for example  through context or markup or coding that does not depend on
color. [I#317]

2.  blinking content can be turned off.[I#325]


Current wording for Benefits of Checkpoint 1.3


Benefits of Checkpoint 1.3 (Informative)

 

* Separating content and structure from presentation allows Web pages to
be presented differently to meet the needs and constraints of different
users without

losing any of the information or structure. For example, information can
be presented via speech or braille (text) that was originally intended
to be presented

visually.

* It can also facilitate automatic emphasis of structure or more
efficient navigation.

* All of these can benefit people with cognitive, physical, hearing, and
visual disabilities.


Proposed wording for Who Benefits from Guideline 1.3


*        People with cognitive and learning impairments; people with
visual impairments; and people with limited use of their hands benefit
from the ability to navigate by structural elements

*        People with cognitive and learning impairments; people with
visual impairments; people with limited use of their hands; and people
with hearing impairments benefit when information, structure, and
functionality are preserved in all presentation formats.

*        People with cognitive and learning impairments; people with
visual impairments; and people with hearing impairments benefit from the
ability to emphasize structural elements automatically in the form best
suited to their needs.


Current wording for Examples of Checkpoint 1.3


Examples of Checkpoint 1.3 (Informative)

 

* Example 1: a multi-column document.

 

A document is marked up with headings, paragraphs and other structural
features. It is presented visually in three columns. The markup that
creates the

columns is separate from the markup that specifies the logical structure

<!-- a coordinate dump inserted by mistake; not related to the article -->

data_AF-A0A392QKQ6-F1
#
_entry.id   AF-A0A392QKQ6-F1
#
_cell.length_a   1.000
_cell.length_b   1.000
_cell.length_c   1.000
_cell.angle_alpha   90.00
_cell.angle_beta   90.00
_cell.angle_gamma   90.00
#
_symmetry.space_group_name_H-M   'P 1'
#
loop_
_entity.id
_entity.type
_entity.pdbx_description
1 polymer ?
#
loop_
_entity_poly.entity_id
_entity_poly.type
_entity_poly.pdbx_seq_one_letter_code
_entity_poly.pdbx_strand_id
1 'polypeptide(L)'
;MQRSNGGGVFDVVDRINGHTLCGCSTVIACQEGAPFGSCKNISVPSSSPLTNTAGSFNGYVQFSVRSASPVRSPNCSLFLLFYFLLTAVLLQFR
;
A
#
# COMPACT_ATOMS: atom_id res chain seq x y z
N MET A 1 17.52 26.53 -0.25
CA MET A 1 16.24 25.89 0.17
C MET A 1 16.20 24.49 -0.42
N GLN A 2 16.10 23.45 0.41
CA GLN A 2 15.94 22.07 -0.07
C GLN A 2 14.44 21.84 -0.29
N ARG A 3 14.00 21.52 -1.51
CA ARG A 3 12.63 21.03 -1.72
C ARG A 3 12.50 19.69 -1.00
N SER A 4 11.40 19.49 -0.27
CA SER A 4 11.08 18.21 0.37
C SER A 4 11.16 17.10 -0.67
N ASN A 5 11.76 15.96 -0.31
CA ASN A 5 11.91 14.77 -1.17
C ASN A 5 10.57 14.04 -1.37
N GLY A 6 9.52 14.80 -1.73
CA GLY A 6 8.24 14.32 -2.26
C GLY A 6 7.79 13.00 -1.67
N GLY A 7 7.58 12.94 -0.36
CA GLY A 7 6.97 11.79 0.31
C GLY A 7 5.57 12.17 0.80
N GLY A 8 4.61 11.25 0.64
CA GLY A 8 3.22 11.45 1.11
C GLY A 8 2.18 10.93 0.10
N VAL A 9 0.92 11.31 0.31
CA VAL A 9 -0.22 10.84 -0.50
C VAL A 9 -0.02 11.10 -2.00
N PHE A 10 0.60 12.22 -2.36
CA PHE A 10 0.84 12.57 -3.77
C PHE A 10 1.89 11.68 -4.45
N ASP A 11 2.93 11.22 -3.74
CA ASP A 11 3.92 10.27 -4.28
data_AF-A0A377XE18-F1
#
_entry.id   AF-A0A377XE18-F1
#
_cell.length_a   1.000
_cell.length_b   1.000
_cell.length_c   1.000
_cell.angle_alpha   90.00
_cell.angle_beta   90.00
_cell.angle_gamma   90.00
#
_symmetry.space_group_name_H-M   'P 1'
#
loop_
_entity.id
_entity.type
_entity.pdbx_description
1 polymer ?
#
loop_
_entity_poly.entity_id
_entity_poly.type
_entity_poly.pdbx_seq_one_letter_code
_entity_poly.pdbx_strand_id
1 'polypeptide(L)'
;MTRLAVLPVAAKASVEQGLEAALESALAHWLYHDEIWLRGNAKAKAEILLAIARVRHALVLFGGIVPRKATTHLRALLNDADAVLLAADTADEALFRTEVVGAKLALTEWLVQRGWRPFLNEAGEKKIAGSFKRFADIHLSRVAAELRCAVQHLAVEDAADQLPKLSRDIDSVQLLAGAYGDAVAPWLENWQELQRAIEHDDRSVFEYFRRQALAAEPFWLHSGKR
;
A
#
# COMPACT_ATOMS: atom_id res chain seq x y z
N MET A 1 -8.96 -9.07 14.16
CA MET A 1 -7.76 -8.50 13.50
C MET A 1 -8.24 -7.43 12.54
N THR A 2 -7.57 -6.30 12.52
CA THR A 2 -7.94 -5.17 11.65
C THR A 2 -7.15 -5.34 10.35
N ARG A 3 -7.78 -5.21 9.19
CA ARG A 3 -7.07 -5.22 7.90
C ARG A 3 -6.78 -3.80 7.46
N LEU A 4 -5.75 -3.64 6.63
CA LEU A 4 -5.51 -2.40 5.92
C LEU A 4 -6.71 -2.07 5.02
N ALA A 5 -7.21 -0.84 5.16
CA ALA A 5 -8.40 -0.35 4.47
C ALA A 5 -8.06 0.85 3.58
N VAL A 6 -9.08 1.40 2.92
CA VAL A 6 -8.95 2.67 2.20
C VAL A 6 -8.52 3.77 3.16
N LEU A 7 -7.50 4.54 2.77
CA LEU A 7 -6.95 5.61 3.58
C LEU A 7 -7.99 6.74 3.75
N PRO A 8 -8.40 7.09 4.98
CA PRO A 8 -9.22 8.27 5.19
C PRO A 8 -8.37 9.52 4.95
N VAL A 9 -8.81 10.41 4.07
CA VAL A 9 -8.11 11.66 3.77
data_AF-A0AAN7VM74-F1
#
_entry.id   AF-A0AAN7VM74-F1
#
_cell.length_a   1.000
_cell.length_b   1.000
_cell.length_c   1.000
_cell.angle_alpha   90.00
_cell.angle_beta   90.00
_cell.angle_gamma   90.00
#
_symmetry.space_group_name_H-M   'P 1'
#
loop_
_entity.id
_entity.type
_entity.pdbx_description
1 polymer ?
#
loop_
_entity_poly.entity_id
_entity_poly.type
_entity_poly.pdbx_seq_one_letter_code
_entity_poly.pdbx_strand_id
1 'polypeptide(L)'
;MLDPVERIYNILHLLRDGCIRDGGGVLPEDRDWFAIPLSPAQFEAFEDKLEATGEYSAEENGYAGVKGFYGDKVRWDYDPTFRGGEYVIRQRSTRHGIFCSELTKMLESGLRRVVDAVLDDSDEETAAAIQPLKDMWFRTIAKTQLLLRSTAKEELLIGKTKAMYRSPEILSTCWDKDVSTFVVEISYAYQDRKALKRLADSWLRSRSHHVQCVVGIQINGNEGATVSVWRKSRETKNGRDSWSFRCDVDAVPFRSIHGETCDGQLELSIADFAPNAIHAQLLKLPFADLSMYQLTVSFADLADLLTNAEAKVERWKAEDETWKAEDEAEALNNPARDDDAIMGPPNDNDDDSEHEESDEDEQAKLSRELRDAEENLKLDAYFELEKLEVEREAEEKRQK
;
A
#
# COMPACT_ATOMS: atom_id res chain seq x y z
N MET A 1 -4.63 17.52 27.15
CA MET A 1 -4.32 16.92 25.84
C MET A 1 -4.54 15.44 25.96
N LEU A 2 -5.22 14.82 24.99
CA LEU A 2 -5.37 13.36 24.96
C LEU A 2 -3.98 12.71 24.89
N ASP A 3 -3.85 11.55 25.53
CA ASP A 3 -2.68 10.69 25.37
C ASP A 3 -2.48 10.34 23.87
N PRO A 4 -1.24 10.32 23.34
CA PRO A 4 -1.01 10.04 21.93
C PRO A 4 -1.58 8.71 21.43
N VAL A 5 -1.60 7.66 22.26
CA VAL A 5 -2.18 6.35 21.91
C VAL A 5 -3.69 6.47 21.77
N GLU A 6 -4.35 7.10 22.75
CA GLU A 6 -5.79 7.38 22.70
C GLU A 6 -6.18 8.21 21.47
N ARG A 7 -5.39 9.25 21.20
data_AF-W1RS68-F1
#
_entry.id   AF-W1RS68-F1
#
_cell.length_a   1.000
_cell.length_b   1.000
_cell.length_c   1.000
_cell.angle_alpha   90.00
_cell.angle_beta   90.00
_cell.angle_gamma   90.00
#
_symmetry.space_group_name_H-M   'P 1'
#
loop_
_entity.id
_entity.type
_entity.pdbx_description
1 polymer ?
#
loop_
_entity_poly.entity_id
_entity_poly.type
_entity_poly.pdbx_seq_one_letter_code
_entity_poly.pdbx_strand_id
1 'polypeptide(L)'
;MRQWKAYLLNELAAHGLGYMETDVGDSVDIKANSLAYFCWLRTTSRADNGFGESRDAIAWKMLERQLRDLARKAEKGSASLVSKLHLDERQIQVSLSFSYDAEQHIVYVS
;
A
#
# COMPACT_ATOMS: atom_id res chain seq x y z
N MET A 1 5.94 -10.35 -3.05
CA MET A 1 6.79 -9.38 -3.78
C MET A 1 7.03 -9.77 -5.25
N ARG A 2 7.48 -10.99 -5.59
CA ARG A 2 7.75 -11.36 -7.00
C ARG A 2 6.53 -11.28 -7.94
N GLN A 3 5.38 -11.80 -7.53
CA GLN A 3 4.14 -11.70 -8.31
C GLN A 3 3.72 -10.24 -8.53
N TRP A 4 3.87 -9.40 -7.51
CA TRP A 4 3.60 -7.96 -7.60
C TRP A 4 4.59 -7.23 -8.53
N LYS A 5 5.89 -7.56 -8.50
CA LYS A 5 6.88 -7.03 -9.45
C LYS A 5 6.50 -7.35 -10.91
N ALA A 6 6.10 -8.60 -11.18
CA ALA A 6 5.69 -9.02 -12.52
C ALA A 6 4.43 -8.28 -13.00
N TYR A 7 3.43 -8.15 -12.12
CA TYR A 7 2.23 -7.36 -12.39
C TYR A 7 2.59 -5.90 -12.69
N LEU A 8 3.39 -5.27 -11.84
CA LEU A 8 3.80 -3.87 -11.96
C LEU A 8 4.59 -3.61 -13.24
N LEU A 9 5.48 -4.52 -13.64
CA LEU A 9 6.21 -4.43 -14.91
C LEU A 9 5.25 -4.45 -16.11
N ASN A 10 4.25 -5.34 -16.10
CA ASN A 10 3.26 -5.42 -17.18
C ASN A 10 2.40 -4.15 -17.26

of the document.

* Example 2: a scrolling list of stock prices.

 

Current stock quotes are scrolled horizontally across the screen. The
data are separate from the methods used to scroll the text across the
page.

* Example 3: a 3-dimensional site map.

 

A custom user interface renders 3D visualizations of the pages on a site
and how they relate to one another from a data source. Any hierarchical
relationships,

groupings, cross-references, etc. would originate in the data source so
that alternate interfaces could be rendered (from the same source) that
expose

the structure of the site in an accessible form. (See also

checkpoint 4.3)

* Example 4: a list that allows users to sort information on a page
according to preference.

 

A script allows a user to rearrange a categorical listing of music files
by date, artist, genre, or file size. The script updates both the
structure and

the presentation accordingly when generating alternate views.

 


Proposed wording for Examples of Guideline 1.3


* Example 1: a multi-column document.

A document is marked up with headings, paragraphs, and other structural
features. It is presented visually in three columns. The markup that
creates the columns is separate from the markup that specifies the
structural features of the document.

 

* Example 2: a scrolling list of stock prices.

Current stock prices are scrolled horizontally across the screen. The
data are separate from the methods used to scroll the text across the
page.

 

* Example 3: a 3-dimensional site map.

A custom interface uses a data source to generate three-dimensional
visualizations of the pages on a site and how they relate to one
another. Hierarchical relationships, groupings, cross-references, etc.
are defined in the data source so that alternate interfaces that expose
the structure of the site in an accessible way could be rendered from
the same data source. (See also checkpoint 4.3)

 

* Example 4: a list that allows users to sort information on a page in
different ways.

A script allows a user to rearrange a listing of music files by date,
artist, genre, or file size. The script updates both the structure and
the presentation appropriately when generating alternate views.

 

 


"Good design is accessible design." 
Please note our new name and URL!
John Slatin, Ph.D.
Director, Accessibility Institute
University of Texas at Austin
FAC 248C
1 University Station G9600
Austin, TX 78712
ph 512-495-4288, f 512-495-4524
email jslatin@mail.utexas.edu
web http://www.utexas.edu/research/accessibility/
<http://www.utexas.edu/research/accessibility/> 


 

 
Received on Wednesday, 5 November 2003 11:47:26 GMT